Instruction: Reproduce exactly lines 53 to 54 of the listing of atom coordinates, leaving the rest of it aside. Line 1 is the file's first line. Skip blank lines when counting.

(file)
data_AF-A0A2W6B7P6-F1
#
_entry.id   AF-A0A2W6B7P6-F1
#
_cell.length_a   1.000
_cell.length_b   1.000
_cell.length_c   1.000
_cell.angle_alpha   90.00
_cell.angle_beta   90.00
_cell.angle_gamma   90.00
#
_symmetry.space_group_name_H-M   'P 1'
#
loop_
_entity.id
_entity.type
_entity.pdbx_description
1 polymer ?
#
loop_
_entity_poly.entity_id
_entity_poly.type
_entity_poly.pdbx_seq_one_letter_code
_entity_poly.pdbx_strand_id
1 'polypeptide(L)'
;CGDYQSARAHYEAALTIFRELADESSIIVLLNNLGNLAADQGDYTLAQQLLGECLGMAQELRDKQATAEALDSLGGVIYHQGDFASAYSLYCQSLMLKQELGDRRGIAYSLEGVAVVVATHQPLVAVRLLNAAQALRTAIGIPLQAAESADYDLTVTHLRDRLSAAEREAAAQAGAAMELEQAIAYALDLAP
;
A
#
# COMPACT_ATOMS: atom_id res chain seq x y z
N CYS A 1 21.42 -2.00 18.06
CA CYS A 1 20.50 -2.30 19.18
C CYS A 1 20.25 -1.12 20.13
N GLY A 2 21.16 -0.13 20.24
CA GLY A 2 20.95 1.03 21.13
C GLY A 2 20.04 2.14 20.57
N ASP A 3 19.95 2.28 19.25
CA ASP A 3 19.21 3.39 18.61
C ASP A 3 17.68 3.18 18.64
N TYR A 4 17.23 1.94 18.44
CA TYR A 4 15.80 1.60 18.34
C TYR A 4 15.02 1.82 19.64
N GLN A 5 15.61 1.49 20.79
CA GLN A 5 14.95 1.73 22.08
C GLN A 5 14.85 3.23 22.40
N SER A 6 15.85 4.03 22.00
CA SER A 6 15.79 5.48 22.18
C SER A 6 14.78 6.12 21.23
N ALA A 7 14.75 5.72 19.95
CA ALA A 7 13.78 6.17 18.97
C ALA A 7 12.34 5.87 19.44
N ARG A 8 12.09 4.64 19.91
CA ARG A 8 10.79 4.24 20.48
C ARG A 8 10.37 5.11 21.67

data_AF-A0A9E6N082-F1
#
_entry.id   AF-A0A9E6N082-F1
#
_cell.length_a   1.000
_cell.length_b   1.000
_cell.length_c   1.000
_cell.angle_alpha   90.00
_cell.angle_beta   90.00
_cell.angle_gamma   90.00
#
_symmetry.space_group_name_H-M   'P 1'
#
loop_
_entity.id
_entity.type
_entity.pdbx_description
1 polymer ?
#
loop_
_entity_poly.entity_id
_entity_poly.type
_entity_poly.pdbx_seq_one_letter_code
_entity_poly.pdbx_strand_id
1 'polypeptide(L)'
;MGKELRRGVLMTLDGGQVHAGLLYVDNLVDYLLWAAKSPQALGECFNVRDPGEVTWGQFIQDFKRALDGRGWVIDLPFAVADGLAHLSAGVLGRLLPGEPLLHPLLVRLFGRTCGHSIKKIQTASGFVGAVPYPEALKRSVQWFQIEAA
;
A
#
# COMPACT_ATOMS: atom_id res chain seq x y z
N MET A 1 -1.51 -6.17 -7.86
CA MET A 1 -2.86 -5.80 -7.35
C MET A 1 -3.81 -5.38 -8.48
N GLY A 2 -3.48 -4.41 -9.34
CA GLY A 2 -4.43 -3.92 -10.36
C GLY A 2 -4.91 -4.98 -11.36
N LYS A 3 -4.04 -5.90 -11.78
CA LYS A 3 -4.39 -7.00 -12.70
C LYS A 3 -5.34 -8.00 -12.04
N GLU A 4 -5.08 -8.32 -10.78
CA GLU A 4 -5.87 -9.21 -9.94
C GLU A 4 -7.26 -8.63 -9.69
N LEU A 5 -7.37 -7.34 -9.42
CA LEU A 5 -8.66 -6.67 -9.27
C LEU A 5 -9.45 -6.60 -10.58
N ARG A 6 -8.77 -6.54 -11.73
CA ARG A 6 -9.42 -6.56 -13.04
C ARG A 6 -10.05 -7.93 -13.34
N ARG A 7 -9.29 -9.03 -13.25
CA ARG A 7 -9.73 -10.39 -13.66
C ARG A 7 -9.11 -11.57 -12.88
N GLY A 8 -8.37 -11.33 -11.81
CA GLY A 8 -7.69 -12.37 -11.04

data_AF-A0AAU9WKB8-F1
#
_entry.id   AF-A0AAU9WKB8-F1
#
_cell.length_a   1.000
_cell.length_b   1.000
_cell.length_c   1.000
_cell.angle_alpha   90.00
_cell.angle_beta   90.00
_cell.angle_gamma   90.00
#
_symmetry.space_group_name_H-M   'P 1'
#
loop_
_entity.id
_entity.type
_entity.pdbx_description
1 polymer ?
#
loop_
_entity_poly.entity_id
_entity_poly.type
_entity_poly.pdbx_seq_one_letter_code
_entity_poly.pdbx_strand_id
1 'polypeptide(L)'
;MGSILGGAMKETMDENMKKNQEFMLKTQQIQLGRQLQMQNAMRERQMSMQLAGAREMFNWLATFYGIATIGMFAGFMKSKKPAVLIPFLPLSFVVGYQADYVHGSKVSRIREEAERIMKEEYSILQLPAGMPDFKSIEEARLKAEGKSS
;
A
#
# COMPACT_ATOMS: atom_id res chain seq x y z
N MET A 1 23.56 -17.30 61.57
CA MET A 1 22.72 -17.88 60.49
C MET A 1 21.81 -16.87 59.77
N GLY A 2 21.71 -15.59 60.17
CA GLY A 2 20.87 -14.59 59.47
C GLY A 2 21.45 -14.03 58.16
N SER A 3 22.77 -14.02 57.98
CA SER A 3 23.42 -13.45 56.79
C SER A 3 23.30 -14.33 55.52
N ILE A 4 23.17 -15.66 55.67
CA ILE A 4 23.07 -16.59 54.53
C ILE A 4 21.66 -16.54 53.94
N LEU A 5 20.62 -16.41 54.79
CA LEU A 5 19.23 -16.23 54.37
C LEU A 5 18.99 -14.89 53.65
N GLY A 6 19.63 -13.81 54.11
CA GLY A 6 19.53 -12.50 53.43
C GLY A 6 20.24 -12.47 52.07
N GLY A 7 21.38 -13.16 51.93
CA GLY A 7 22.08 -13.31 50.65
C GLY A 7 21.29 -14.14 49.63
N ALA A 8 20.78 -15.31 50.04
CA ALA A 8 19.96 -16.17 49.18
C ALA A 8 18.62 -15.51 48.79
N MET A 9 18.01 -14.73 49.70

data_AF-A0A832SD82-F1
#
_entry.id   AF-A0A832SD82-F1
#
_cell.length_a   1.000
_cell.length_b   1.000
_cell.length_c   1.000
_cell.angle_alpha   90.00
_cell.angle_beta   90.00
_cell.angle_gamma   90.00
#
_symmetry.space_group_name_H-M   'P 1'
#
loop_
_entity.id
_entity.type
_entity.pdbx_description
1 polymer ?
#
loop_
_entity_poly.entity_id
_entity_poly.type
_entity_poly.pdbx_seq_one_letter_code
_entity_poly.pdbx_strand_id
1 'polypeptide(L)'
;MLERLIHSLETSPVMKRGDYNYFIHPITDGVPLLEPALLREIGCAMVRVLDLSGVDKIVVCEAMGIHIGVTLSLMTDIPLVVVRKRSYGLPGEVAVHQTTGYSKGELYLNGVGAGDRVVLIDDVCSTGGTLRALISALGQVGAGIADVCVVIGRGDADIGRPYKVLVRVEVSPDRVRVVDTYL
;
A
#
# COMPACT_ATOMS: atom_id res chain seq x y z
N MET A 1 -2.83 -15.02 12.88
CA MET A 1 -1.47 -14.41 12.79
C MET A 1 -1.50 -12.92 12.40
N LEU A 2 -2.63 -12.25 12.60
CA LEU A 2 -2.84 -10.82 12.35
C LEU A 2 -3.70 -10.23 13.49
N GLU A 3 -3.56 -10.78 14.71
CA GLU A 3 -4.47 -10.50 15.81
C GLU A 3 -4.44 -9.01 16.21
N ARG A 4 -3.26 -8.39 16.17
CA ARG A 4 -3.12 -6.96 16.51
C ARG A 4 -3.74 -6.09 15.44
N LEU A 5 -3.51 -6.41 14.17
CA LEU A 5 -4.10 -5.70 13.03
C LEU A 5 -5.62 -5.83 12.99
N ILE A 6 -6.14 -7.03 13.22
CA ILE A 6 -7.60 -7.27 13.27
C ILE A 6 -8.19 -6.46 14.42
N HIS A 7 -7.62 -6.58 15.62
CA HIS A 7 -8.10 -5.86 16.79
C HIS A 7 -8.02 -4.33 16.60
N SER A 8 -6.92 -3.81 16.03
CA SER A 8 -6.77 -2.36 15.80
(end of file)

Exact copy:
CA ARG A 8 10.79 4.24 20.48
C ARG A 8 10.37 5.11 21.67